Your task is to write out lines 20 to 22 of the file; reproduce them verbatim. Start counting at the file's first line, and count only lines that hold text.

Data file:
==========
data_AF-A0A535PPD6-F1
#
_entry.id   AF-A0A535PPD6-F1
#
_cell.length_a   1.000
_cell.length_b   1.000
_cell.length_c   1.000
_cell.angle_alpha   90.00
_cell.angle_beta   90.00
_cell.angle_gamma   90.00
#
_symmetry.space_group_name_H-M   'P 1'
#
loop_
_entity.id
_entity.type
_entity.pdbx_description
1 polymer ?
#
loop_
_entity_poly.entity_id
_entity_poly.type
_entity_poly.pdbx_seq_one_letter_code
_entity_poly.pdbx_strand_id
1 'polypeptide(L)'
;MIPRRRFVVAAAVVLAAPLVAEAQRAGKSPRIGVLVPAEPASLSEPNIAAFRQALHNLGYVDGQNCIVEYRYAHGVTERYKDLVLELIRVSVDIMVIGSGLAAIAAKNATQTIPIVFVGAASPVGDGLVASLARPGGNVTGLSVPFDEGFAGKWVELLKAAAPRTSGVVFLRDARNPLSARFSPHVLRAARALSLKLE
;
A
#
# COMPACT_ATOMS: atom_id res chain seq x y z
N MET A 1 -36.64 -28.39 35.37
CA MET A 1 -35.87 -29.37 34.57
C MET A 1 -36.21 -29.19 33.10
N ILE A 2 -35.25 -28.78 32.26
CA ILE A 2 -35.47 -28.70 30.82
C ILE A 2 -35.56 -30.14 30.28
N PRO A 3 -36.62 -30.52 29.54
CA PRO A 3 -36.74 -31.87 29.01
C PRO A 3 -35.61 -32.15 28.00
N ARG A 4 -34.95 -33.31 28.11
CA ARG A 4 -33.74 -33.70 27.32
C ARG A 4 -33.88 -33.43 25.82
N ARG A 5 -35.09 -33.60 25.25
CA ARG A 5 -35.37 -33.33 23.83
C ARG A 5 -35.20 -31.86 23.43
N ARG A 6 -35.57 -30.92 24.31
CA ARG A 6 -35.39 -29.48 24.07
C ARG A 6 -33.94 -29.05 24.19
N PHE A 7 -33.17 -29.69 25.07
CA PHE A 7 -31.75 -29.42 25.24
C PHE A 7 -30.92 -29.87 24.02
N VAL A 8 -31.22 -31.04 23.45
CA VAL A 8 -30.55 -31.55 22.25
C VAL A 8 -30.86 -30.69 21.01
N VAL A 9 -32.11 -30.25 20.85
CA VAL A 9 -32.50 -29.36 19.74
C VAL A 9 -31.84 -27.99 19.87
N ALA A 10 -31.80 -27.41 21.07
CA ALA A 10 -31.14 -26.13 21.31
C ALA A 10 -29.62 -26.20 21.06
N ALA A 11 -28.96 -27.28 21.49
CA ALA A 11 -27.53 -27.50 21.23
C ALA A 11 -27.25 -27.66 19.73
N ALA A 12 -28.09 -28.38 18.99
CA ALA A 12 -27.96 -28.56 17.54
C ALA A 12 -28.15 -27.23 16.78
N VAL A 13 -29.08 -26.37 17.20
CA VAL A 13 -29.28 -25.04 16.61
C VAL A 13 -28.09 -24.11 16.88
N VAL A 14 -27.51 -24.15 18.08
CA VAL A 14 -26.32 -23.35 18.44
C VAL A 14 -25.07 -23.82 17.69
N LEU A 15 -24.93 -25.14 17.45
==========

loop_
_entity_poly.entity_id
_entity_poly.type